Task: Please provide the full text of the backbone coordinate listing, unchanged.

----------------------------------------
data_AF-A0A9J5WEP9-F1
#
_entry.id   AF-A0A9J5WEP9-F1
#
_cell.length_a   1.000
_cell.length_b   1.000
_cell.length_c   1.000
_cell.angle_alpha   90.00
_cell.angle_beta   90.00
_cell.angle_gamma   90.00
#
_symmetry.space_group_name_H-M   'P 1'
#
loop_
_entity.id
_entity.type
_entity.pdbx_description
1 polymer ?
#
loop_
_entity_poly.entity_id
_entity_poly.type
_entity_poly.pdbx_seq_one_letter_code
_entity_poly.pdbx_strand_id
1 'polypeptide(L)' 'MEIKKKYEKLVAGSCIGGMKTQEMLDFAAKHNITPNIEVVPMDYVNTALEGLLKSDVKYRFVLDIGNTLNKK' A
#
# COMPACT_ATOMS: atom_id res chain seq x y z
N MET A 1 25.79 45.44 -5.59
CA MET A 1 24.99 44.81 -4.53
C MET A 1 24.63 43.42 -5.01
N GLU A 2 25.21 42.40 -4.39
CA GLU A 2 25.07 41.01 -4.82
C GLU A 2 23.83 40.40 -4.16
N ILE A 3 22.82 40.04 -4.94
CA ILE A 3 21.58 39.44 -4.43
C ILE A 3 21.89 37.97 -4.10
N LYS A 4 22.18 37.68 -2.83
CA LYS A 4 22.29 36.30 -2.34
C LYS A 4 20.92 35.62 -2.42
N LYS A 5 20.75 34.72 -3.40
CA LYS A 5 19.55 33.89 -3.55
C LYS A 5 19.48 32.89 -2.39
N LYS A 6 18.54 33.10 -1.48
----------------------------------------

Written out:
data_AF-A0A9J5WEP9-F1
#
_entry.id   AF-A0A9J5WEP9-F1
#
_cell.length_a   1.000
_cell.length_b   1.000
_cell.length_c   1.000
_cell.angle_alpha   90.00
_cell.angle_beta   90.00
_cell.angle_gamma   90.00
#
_symmetry.space_group_name_H-M   'P 1'
#
loop_
_entity.id
_entity.type
_entity.pdbx_description
1 polymer ?
#
loop_
_entity_poly.entity_id
_entity_poly.type
_entity_poly.pdbx_seq_one_letter_code
_entity_poly.pdbx_strand_id
1 'polypeptide(L)' 'MEIKKKYEKLVAGSCIGGMKTQEMLDFAAKHNITPNIEVVPMDYVNTALEGLLKSDVKYRFVLDIGNTLNKK' A
#
# COMPACT_ATOMS: atom_id res chain seq x y z
N MET A 1 25.79 45.44 -5.59
CA MET A 1 24.99 44.81 -4.53
C MET A 1 24.63 43.42 -5.01
N GLU A 2 25.21 42.40 -4.39
CA GLU A 2 25.07 41.01 -4.82
C GLU A 2 23.83 40.40 -4.16
N ILE A 3 22.82 40.04 -4.94
CA ILE A 3 21.58 39.44 -4.43
C ILE A 3 21.89 37.97 -4.10
N LYS A 4 22.18 37.68 -2.83
CA LYS A 4 22.29 36.30 -2.34
C LYS A 4 20.92 35.62 -2.42
N LYS A 5 20.75 34.72 -3.40
CA LYS A 5 19.55 33.89 -3.55
C LYS A 5 19.48 32.89 -2.39
N LYS A 6 18.54 33.10 -1.48